Perlstein, Rick 1969-

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PERLSTEIN, Rick 1969-


PERSONAL: Born 1969, in WI.

ADDRESSES: Agent—c/o Author Mail, Farrar, Straus, and Giroux, 19 Union Square West, New York, NY 10003.


CAREER: Journalist.

AWARDS, HONORS: National Endowment for the Humanities grant; Village Voice Writer on the Verge, 2000; notable book selections, New York Times, Chicago Tribune, and Washington Post, all for Before the Storm.

WRITINGS:


Before the Storm: Barry Goldwater and the Unmasking of the American Consensus, Hill and Wang (New York, NY, 2001.

Contributor to periodicals, including New York Observer, New York Times, and Nation.

SIDELIGHTS: Rick Perlstein writes for the New York Observer, New York Times, and the Nation. He was born in a suburb of Milwaukee, Wisconsin, grew up in the Midwest, and remained in the Midwest for the first twenty-five years of his life.

In an interview in Written Voices, Perlstein credited his Midwestern background with shaping his political and social outlook. He noted, "much of the ideological history of postwar America has to do with regional resentments": Southerners distrusting Northerners, Westerners wary of Easterners, and those in the East regarding the Midwest as a "Great Flyover" unworthy of much attention. When Perlstein moved to New York, he noticed that many New Yorkers could not identify the Midwestern states, but they thought this ignorance was amusing. Perlstein remarked, "It is impossible to understand the development of conservative-versus-liberal politics in America without grasping this long and rich history of cultural disconnection between the different regions."

Perlstein's book Before the Storm: Barry Goldwater and the Unmasking of the American Consensus tells the story of the rise of conservatism during the overtly liberal 1960s, focusing on Barry Goldwater, a Republican senator from Arizona, as well as William F. Buckley, Nelson Rockefeller, and Bill Moyers. The book had its genesis after the elections of 1994, when Perlstein noticed that the political climate in the United States was shifting toward conservatism. He began researching the book in 1996, and completed it in 1999.

In Harper's Kevin Baker called the book "masterful" and "ambitious," and he praised Perlstein's "copious research" and "fascinating story of political trench warfare." Mark Schmitt wrote in American Prospect that the book "reads like a novel," and that it "conveys a sense of atmosphere, lingo. . . . Dozens of characters, some important and others forgotten, weave in and out of one another's lives and make history." In the Nation, Robert Sherrill commented, "Before the Storm is the story of such a fascinating era, and Perlstein is such a great storyteller . . . for a while you will forget the dreariness of today's politics."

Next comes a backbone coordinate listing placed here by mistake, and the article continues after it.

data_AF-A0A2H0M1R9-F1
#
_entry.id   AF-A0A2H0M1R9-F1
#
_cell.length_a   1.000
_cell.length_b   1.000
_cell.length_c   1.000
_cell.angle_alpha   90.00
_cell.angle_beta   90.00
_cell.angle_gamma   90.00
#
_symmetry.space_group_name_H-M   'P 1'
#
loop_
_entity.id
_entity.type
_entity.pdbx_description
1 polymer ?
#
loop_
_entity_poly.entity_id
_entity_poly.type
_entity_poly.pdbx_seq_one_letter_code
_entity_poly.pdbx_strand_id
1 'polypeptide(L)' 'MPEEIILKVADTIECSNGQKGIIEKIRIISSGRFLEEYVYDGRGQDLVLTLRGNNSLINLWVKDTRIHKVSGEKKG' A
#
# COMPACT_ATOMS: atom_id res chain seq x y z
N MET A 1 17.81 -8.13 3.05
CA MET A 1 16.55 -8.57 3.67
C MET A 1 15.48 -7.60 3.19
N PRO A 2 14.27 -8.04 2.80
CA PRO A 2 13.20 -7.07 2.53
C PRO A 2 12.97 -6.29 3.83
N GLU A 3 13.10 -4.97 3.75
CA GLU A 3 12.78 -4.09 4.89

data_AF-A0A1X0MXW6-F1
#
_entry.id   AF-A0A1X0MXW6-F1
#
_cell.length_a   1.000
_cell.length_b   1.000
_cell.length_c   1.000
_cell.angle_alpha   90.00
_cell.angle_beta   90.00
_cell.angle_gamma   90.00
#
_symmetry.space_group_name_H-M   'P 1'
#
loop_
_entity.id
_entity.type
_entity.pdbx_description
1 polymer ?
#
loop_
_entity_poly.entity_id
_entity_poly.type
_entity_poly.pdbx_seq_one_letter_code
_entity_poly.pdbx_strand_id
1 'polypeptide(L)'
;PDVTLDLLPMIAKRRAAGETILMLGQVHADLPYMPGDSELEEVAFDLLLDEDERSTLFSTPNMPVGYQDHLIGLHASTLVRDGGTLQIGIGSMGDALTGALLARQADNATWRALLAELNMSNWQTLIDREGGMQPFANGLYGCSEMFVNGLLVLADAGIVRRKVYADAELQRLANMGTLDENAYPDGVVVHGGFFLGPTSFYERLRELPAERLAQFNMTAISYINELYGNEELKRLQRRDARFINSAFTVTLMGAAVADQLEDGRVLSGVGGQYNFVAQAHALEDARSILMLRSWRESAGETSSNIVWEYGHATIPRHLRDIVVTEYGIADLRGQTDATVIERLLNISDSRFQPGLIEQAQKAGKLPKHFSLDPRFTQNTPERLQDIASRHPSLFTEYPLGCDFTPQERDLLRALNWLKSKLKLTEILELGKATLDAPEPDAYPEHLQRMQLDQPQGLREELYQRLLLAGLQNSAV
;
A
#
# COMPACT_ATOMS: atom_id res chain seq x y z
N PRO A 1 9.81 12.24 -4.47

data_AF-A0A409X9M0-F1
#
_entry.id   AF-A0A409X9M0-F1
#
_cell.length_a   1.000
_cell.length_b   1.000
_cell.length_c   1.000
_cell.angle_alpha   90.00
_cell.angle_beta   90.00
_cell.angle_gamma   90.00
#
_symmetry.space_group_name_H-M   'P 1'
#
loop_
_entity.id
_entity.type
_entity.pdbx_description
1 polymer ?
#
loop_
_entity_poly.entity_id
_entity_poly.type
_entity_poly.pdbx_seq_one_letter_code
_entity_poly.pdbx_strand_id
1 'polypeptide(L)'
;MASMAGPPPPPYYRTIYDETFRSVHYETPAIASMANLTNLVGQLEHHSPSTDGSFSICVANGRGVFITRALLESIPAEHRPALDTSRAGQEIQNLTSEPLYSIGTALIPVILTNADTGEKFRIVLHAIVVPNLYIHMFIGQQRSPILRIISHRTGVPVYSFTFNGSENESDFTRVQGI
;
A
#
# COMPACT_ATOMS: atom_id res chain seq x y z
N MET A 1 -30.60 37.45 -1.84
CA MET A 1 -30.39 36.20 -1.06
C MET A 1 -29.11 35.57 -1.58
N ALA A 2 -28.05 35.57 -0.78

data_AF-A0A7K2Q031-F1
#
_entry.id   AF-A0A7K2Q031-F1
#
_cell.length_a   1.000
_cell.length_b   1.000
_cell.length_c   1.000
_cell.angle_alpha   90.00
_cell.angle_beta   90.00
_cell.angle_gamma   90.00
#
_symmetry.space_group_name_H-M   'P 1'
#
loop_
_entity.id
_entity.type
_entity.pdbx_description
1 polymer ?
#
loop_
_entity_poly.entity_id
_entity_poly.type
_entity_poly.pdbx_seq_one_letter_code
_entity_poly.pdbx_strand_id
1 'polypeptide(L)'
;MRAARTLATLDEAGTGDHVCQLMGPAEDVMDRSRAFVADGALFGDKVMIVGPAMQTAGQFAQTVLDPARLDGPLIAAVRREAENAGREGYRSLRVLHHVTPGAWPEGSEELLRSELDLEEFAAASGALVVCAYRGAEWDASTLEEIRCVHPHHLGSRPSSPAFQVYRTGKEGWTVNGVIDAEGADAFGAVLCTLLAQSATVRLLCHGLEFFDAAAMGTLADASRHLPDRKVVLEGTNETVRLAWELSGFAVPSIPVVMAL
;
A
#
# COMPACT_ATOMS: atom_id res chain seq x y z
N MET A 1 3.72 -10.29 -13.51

Perlstein told the Written Voices interviewer, "I have a downright lust to understand the process of social change: how do ideas and activities considered bizarre and even dangerous in one era come to be seen as normal and healthy in the next? Puzzling out these kinds of stories is one of the great joys of my life."


BIOGRAPHICAL AND CRITICAL SOURCES:


periodicals


American Prospect, July 2, 2001, Mark Schmitt, review of Before the Storm: Barry Goldwater and the Unmasking of the American Consensus, p. 40.

Books and Culture, March, 2002, Lauren F. Winner, review of Before the Storm, p. 30.

Commonweal, May 4, 2001, Kevin Mattson, review of Before the Storm, p. 35.

Economist April 28, 2001, Keith Joseph, review of Before the Storm, p. 1.

Harper's, August, 2001, Kevin Baker, review of Before the Storm, p. 64.

Nation, June 11, 2001, Robert Sherrill, review of Before the Storm, p. 28.

National Review, April 30, 2001, William A. Rusher, review of Before the Storm.

Reason, March, 2002, Glenn Garvin, review of Before the Storm, p. 61.



online


Written Voices,http://writtenvoices.com/ (September 12, 2002), interview with Perlstein.*

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